I have an unmodified Pentax, and I don't trust the low readings. I usually meter and place at Zone VI or above and let the low values fall where they will. I still meter the low values, but it's more intuitive there.
    That was with Tri-X, HC-110b and the old Zone VI graded paper and the old Oriental Seagull (it's been a while since I've done much photography.)
    I'm testing the ABC, Azo, Amidol process (or will be when all the stuff gets here) so I may change my mind about the process.
    I'd recommend making proper proofs, keeping records of your meter readings and paying attention. I think our analog stuff will always require intuition.
    j
     
  9. Donald Miller

    Donald Miller Member

    Messages:
    6,242
    Joined:
    Dec 21, 2002
    Shooter:
    Large Format
    The Zone VI modifications that Fred Picker, along with Dr. Horowitz, developed amounted to UV and IR filters, sharp cutting filters that allow the meter to read colors more accurately (as they are read by panchromatic film emulsions), and internal baffling to be resistant to adjacent bright light sources. I have used both the Pentax digital (unmodified) and the same meter later modified by Zone VI. My experience indicates that the modifications are beneficial in metering for black and white photography. I have no experience using the meter for color, since I do not do color photography any longer.

    The matter of accurately metering green foliage is one of the IR emissions. If you will refer to an IR film photograph involving foliage, you will note that the foliage is very light in tonality. The reason is that foliage emits a large amount of IR. The unmodified meter will be sensitive to this IR and give a higher reading then what panchromatic film is capable of exposing (since it is not sensitive to IR). Therefore in using an unmodified meter when exposing foliage, the negative when developed will have lower densities. The print, from this negative, consequently does not well differentiate the tonalities in the foliage.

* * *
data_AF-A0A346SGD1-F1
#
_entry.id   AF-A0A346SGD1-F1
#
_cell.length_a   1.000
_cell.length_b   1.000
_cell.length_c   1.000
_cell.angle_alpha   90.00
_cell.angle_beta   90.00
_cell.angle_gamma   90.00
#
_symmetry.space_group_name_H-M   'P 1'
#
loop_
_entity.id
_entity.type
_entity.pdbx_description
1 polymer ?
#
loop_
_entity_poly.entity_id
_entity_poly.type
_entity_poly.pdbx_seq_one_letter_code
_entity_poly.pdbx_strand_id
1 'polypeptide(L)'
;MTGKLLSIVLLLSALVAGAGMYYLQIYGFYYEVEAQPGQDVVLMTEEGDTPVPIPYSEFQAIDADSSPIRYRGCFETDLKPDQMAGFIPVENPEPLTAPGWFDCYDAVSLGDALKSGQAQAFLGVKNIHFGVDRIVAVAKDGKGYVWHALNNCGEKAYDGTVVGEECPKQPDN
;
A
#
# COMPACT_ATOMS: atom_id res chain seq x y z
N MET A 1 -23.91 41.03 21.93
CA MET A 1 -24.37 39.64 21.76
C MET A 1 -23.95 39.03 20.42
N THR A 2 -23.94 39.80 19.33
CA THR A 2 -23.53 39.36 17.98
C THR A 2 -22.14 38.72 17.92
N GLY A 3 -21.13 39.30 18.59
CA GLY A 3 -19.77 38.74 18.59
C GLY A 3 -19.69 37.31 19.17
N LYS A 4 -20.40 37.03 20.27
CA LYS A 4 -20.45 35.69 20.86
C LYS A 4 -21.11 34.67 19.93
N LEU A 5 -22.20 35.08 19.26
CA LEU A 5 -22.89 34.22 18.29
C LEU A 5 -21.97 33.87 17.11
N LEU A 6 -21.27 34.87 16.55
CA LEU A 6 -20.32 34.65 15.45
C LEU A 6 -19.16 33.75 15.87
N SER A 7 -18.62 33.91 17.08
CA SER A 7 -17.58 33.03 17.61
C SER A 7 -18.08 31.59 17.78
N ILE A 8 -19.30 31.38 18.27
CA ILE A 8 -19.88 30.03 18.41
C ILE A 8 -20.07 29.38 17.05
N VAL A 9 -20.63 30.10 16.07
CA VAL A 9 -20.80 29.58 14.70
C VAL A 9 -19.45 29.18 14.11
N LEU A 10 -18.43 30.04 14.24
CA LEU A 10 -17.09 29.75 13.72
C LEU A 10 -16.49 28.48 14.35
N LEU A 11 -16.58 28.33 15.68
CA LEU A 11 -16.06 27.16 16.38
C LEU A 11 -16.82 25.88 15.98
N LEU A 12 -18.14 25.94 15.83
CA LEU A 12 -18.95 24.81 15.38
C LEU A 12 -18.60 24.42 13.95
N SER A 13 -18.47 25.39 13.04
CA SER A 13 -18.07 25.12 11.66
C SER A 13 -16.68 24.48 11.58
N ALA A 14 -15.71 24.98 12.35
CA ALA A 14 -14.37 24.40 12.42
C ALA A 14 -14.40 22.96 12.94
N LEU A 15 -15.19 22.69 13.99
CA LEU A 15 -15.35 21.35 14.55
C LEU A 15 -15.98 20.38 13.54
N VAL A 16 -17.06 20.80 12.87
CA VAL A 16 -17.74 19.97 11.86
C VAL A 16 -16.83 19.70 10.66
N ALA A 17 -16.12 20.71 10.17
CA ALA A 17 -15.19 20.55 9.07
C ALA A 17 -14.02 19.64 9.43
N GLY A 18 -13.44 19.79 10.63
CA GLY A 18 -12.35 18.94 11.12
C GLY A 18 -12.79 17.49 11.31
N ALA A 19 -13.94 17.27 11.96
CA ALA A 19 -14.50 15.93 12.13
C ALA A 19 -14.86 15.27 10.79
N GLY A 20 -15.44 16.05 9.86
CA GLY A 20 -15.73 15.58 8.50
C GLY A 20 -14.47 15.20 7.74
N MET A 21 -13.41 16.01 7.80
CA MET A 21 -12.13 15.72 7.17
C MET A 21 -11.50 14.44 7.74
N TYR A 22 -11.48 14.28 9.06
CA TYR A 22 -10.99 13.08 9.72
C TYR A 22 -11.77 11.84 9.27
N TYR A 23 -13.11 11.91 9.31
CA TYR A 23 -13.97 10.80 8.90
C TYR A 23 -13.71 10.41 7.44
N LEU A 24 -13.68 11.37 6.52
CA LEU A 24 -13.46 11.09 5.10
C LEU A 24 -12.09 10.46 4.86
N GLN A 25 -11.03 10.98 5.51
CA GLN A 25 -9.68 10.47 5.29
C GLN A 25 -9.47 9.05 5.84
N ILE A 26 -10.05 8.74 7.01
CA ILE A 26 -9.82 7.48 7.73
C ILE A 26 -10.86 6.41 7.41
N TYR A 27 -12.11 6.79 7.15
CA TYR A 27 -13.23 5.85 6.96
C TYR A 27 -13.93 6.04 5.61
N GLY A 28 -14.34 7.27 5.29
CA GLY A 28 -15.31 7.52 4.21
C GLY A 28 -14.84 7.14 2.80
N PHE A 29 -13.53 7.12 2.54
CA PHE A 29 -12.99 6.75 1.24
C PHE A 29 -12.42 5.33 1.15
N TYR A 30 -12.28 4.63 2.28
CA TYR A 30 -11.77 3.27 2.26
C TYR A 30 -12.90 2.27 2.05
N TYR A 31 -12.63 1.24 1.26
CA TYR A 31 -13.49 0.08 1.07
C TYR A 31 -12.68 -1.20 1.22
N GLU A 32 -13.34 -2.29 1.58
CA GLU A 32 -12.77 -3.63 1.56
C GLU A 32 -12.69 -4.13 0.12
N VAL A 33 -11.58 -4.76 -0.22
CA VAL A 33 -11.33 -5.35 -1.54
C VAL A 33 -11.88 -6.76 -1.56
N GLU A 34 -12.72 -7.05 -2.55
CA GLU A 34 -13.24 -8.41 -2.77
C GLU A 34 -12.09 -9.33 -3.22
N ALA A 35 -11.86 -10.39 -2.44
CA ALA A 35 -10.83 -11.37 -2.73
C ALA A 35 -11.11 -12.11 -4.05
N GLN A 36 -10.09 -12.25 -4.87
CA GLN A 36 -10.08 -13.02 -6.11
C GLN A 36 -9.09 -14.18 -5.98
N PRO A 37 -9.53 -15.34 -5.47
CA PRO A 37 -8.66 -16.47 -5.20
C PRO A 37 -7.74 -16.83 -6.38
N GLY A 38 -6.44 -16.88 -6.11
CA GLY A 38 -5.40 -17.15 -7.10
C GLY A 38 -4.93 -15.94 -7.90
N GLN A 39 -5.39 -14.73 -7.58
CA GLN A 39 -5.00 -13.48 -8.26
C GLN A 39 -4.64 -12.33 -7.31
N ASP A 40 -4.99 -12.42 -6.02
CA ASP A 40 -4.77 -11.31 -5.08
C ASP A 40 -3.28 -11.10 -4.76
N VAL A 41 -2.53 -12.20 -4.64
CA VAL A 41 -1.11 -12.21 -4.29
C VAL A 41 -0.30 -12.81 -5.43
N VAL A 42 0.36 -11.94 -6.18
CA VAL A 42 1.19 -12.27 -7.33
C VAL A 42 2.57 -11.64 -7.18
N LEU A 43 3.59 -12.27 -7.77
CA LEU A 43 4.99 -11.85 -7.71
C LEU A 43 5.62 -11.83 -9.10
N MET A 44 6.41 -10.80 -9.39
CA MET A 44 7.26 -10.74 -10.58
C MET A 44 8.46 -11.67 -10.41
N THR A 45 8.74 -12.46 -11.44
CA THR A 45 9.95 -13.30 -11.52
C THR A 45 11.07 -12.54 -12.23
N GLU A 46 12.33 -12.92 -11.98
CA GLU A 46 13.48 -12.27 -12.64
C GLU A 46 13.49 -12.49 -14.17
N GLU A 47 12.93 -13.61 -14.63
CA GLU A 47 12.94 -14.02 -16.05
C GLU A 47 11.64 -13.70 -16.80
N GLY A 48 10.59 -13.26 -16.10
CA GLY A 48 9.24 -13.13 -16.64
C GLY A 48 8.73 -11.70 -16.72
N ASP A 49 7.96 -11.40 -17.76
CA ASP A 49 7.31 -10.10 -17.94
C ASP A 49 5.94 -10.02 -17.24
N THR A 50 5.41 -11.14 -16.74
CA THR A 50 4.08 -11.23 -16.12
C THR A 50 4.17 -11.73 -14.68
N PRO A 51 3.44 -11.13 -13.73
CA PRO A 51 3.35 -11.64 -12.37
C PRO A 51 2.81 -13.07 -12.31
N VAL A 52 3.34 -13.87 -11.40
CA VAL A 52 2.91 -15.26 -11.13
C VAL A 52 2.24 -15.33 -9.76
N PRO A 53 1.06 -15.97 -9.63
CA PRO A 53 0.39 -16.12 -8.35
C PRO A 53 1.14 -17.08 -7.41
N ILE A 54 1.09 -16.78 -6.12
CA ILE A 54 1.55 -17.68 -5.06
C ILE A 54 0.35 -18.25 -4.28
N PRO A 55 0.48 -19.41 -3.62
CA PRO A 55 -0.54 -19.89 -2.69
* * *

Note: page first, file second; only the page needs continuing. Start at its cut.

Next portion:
10. Aggie

    Aggie Member

    Messages:
    4,925
    Joined:
    Jan 1, 2003
    Location:
    So. Utah
    Shooter:
    Multi Format
    ..
     
  11. JHannon

    JHannon Member

    Messages:
    969
    Joined:
    Sep 7, 2002
    Location:
    Boston, MA
    Shooter:
    Multi Format
    Richard Ritter worked for zone VI and still does repairs and has parts for the Pentax and Soligor spot meters. He should be able to answer your questions.

    http://www.lg4mat.net/

    Regards,
    John
     
  12. Loose Gravel

    Loose Gravel Member

    Messages:
    921
    Joined:
    Feb 28, 2003
    Location:
    Santa Barbar
    Industrial Light and Metric calibrates meters. I think they are in Hollywood or Burbank. Meters don't go out of cal unless you drop them or otherwise abuse them and even then sometimes they're ok.

    Some new meters, Pocket Spot for one, have no means to calibrate, in the conventional sense. They are digital all the way to the very front end of the electronics and there is nothing to adjust.